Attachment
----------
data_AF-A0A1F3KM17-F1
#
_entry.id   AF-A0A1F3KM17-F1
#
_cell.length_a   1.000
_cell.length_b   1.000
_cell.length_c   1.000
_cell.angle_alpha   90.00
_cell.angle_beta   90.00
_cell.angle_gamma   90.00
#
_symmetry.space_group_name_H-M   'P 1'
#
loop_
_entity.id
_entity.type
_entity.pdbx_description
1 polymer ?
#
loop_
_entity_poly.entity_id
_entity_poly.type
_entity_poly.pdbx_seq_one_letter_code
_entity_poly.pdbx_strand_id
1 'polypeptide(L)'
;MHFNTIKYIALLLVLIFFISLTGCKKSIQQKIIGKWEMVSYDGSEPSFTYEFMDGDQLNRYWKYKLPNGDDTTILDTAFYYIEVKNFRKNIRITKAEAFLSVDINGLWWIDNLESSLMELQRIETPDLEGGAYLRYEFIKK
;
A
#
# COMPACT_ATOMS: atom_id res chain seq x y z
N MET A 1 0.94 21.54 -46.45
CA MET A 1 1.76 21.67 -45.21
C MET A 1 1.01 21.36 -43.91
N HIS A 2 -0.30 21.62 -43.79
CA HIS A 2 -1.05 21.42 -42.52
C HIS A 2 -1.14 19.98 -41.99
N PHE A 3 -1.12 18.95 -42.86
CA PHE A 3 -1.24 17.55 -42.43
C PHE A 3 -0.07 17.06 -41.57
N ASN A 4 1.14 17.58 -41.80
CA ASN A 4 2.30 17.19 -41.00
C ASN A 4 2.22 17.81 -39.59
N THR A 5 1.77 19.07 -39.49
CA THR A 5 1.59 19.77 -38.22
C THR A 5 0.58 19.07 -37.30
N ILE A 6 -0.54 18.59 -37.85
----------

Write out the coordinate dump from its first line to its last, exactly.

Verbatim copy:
data_AF-A0A1F3KM17-F1
#
_entry.id   AF-A0A1F3KM17-F1
#
_cell.length_a   1.000
_cell.length_b   1.000
_cell.length_c   1.000
_cell.angle_alpha   90.00
_cell.angle_beta   90.00
_cell.angle_gamma   90.00
#
_symmetry.space_group_name_H-M   'P 1'
#
loop_
_entity.id
_entity.type
_entity.pdbx_description
1 polymer ?
#
loop_
_entity_poly.entity_id
_entity_poly.type
_entity_poly.pdbx_seq_one_letter_code
_entity_poly.pdbx_strand_id
1 'polypeptide(L)'
;MHFNTIKYIALLLVLIFFISLTGCKKSIQQKIIGKWEMVSYDGSEPSFTYEFMDGDQLNRYWKYKLPNGDDTTILDTAFYYIEVKNFRKNIRITKAEAFLSVDINGLWWIDNLESSLMELQRIETPDLEGGAYLRYEFIKK
;
A
#
# COMPACT_ATOMS: atom_id res chain seq x y z
N MET A 1 0.94 21.54 -46.45
CA MET A 1 1.76 21.67 -45.21
C MET A 1 1.01 21.36 -43.91
N HIS A 2 -0.30 21.62 -43.79
CA HIS A 2 -1.05 21.42 -42.52
C HIS A 2 -1.14 19.98 -41.99
N PHE A 3 -1.12 18.95 -42.86
CA PHE A 3 -1.24 17.55 -42.43
C PHE A 3 -0.07 17.06 -41.57
N ASN A 4 1.14 17.58 -41.80
CA ASN A 4 2.30 17.19 -41.00
C ASN A 4 2.22 17.81 -39.59
N THR A 5 1.77 19.07 -39.49
CA THR A 5 1.59 19.77 -38.22
C THR A 5 0.58 19.07 -37.30
N ILE A 6 -0.54 18.59 -37.85